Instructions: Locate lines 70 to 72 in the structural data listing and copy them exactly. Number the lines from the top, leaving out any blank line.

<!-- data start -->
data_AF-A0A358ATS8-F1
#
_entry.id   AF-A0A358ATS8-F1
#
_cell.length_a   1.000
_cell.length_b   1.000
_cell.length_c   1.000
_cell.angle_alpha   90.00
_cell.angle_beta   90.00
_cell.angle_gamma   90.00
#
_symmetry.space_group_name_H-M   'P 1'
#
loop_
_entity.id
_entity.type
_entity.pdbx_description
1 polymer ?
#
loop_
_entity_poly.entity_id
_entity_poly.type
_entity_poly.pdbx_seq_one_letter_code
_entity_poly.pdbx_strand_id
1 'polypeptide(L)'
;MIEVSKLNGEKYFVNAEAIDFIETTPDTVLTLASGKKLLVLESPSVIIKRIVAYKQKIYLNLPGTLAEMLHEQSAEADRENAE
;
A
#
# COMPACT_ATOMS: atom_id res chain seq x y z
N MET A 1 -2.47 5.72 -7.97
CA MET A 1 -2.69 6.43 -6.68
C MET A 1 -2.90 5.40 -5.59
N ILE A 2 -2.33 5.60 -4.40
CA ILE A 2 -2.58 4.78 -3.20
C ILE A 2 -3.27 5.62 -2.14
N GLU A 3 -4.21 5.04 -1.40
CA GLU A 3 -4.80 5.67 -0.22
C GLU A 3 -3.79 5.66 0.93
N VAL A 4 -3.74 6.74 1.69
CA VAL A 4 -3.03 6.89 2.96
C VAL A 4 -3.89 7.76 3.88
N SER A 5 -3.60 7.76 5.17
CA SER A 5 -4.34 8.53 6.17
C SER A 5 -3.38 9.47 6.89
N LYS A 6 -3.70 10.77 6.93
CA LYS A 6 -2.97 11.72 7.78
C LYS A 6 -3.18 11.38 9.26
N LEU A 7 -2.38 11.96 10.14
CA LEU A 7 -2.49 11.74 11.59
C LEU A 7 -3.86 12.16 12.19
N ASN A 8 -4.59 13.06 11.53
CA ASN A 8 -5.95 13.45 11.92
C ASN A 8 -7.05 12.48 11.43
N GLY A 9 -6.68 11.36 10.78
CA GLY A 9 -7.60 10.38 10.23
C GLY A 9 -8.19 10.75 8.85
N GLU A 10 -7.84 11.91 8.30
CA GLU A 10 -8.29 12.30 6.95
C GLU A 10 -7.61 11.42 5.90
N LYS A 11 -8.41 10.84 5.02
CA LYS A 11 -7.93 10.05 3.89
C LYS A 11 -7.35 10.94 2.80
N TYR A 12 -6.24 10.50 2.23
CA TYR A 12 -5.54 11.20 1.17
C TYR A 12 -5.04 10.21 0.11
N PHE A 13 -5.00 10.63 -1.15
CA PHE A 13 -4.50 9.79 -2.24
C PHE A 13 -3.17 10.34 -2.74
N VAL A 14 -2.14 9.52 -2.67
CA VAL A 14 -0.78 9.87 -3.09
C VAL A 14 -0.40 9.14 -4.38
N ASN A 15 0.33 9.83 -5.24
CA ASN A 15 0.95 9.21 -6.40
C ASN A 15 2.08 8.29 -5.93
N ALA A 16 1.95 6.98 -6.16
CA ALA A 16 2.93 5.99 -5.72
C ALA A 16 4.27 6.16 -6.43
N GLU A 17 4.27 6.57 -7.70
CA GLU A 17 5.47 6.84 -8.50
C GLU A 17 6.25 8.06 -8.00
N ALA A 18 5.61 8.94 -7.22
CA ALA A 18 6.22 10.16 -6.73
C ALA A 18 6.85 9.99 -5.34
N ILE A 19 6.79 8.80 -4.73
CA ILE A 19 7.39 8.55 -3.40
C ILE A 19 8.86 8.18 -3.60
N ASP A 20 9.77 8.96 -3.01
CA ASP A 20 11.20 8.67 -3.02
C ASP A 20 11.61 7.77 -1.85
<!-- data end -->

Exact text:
N VAL A 14 -2.14 9.52 -2.67
CA VAL A 14 -0.78 9.87 -3.09
C VAL A 14 -0.40 9.14 -4.38